How to Get Rid of Poison Sumac
Poison sumac: it is a sworn enemy for all those who like the outdoors. Hand in hand with its partners in crime, poison ivy and poison oak, it causes painful rashes that can hang around for a longer period than the enjoyment of being outdoors. And when you’re undergoing such an ordeal, the only word that would linger in your mind would be ‘relief’. What you are just about to read will give a simple and comprehensive outline on the causes and effects of poison sumac and also the formidable treatment methods.
Getting to Know your Enemy
Poison sumac belongs to the Toxicodendron genus, which is endemic to North America. There are wide varieties of species varying from one place to another, but encouragingly, poison plants can be distinguished by the existence of white berries and unique leaf-cluster. Poison sumac has 8-12 leaves per branch and procreates green or white berries. Poison sumac and all plants under the Toxicodendron genus secrete resinous oil, of which “urushiol” is the active ingredient.
Urushiol is not really a poison; it is an allergen that specifically targets humans. Essentially, no other species are susceptible to it. Like all allergens, urushiol stimulates the immune system of humans and switches it to a self destruct mode, thereby attacking its own tissues. Urushiol is well known as “the most destructive allergen.” In the most unfortunate cases, urushiol can even cause death; favorably, this extreme reaction is very rare.
Certainly, it is very easy to fall prey to poisonous plants as they swarm backyards, gardens and deep woods. It is well known that prevention is mighty better than cure. It aptly suits this case because there is literally no cure for poison sumac rashes but there are certain treatments that can be of positive effect for Toxicodendron dermatitis.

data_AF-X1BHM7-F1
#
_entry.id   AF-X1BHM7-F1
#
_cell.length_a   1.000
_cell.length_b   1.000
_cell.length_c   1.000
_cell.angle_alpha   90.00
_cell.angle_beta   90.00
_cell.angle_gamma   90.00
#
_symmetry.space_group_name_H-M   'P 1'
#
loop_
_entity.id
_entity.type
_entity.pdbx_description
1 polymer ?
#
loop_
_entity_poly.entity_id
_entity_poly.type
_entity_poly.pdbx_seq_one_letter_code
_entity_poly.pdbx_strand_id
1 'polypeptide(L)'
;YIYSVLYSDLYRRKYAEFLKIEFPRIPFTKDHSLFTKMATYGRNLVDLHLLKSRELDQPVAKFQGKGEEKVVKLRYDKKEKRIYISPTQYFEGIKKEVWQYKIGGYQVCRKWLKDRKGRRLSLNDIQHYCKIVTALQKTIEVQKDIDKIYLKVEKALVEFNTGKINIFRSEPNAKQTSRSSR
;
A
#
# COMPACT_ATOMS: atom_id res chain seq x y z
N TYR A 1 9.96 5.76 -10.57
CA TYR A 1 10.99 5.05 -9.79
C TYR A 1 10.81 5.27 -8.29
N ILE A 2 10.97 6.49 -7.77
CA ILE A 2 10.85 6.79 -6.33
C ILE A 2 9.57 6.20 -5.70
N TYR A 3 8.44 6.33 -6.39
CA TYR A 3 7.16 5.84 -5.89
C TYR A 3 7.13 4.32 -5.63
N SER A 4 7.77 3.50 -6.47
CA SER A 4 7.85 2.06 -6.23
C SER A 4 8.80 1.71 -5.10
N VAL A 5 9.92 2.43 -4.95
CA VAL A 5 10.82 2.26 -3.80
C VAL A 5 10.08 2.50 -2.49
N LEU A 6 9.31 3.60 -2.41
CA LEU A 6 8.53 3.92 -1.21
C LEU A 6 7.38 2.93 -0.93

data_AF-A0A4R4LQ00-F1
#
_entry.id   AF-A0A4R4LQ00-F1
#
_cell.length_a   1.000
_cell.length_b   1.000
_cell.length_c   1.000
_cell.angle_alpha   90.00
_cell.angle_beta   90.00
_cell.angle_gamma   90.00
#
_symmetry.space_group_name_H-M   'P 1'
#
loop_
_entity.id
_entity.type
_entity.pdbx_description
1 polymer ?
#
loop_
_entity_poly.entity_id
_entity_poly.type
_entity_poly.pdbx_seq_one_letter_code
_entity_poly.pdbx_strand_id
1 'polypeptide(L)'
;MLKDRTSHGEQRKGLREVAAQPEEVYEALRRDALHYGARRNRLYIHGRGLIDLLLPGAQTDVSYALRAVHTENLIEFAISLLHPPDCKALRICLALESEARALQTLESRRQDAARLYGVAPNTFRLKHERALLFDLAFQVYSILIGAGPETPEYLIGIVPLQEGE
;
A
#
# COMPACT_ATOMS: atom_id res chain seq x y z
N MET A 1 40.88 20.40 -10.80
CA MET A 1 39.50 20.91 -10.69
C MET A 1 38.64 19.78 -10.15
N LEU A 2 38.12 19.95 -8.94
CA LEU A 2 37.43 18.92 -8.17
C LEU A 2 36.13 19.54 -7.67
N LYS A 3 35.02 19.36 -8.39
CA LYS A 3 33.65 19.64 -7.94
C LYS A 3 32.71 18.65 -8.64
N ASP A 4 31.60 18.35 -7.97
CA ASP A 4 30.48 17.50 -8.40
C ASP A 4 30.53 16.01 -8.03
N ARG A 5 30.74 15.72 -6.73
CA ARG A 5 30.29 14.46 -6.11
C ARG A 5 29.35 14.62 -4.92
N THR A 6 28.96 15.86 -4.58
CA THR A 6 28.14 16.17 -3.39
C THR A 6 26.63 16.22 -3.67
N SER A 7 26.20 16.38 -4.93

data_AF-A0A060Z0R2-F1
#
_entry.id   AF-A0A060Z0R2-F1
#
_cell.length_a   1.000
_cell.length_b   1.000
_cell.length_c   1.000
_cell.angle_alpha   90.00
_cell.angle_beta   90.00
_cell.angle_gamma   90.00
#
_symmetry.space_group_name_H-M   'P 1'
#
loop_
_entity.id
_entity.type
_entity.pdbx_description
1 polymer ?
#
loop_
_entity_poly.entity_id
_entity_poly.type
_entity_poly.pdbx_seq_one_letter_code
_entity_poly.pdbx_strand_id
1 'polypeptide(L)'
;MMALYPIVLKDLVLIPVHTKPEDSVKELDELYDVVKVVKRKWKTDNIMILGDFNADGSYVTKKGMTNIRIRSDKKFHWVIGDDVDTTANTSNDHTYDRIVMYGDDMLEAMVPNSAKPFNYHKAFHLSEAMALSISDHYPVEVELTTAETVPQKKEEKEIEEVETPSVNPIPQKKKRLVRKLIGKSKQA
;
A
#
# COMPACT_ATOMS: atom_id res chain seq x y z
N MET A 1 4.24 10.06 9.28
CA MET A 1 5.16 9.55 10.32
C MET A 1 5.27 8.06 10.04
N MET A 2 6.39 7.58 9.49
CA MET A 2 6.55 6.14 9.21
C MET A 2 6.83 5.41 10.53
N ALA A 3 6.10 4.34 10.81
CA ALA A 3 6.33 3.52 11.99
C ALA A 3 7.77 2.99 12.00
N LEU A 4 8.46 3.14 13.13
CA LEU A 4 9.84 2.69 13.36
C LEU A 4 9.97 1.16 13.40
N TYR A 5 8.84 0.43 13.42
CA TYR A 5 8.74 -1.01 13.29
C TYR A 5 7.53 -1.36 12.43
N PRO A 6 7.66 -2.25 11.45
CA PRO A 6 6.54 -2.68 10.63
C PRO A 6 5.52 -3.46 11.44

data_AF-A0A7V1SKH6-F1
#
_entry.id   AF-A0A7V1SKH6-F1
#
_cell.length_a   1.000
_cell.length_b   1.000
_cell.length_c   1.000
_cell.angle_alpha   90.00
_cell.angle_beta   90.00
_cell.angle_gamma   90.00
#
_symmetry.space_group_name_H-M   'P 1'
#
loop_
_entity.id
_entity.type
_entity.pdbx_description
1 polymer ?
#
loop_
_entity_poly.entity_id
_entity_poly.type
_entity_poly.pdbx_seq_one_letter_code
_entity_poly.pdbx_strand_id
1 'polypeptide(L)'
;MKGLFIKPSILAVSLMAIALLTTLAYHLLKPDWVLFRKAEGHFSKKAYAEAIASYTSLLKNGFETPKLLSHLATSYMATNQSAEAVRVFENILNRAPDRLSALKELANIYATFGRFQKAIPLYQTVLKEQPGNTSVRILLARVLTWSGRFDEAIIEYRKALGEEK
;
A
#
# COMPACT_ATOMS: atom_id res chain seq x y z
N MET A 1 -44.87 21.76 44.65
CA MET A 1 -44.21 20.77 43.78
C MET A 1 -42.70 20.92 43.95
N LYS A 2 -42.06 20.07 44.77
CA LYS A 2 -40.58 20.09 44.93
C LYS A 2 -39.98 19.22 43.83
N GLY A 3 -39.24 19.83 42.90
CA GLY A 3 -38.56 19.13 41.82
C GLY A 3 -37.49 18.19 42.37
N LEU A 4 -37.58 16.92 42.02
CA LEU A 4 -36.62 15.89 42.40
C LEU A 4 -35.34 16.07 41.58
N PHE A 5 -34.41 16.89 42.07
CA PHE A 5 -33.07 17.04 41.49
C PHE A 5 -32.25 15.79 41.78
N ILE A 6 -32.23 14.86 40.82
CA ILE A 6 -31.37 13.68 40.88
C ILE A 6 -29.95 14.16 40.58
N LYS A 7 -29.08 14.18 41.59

Treatments for Removing Poison Sumac
There has been widespread search for a cure for poison sumac dermatitis, but at the moment everything points to hypothetical theories and nothing that actually nullifies the effect of the allergen-urushiol. Many things have been given a try, right from medicinal herbs to animal urine to gunpowder. Some remedies have been successful in a way that they can reduce pain and ease itching. But it can be assumed as of now that only time can cure this disorder. There are two methods to treat poison sumac dermatitis symptoms: palliatives and preventatives.
Palliative remedies reduce the effect of poison sumac, rather than affecting a proper cure.
- Pinkish calamine lotion: Temporarily soothes and cools the skin but doesn’t give a 100% cure.
- Oatmeal baths provide a temporary relief.
- Hot water provides short time ease of pain.
- Anti-itch medications might seem to be working but they actually don’t in most cases.
- Antihistamines are useless.
- Corticosteroids, either taken as tablets or injected, can make your body functions go haywire.
The most assuring preventive measure against poison sumac rashes is to keep away from the toxic species altogether; however, this is quite unrealistic and impractical. Some methods that can be effective are,
- Treating the infected area with a strong soap.
- Swabbing the area with alcohol, though it takes eons of time to do this effectively.
- Barrier creams are another good option.
A lot of balanced medical preparations have been introduced, but their effects seem to be growing obsolete with time. Fortunately, there’s a glimmer of hope that extensive research into allergens will provide some clues if not answers that might finally result in a 100% reliable cure. Those who are susceptible can only wait and hope foe the best to happen.
Remember this: Poison sumac may not kill you, but some of the remedies can! So make sure you get a doctor’s consultation before you do anything.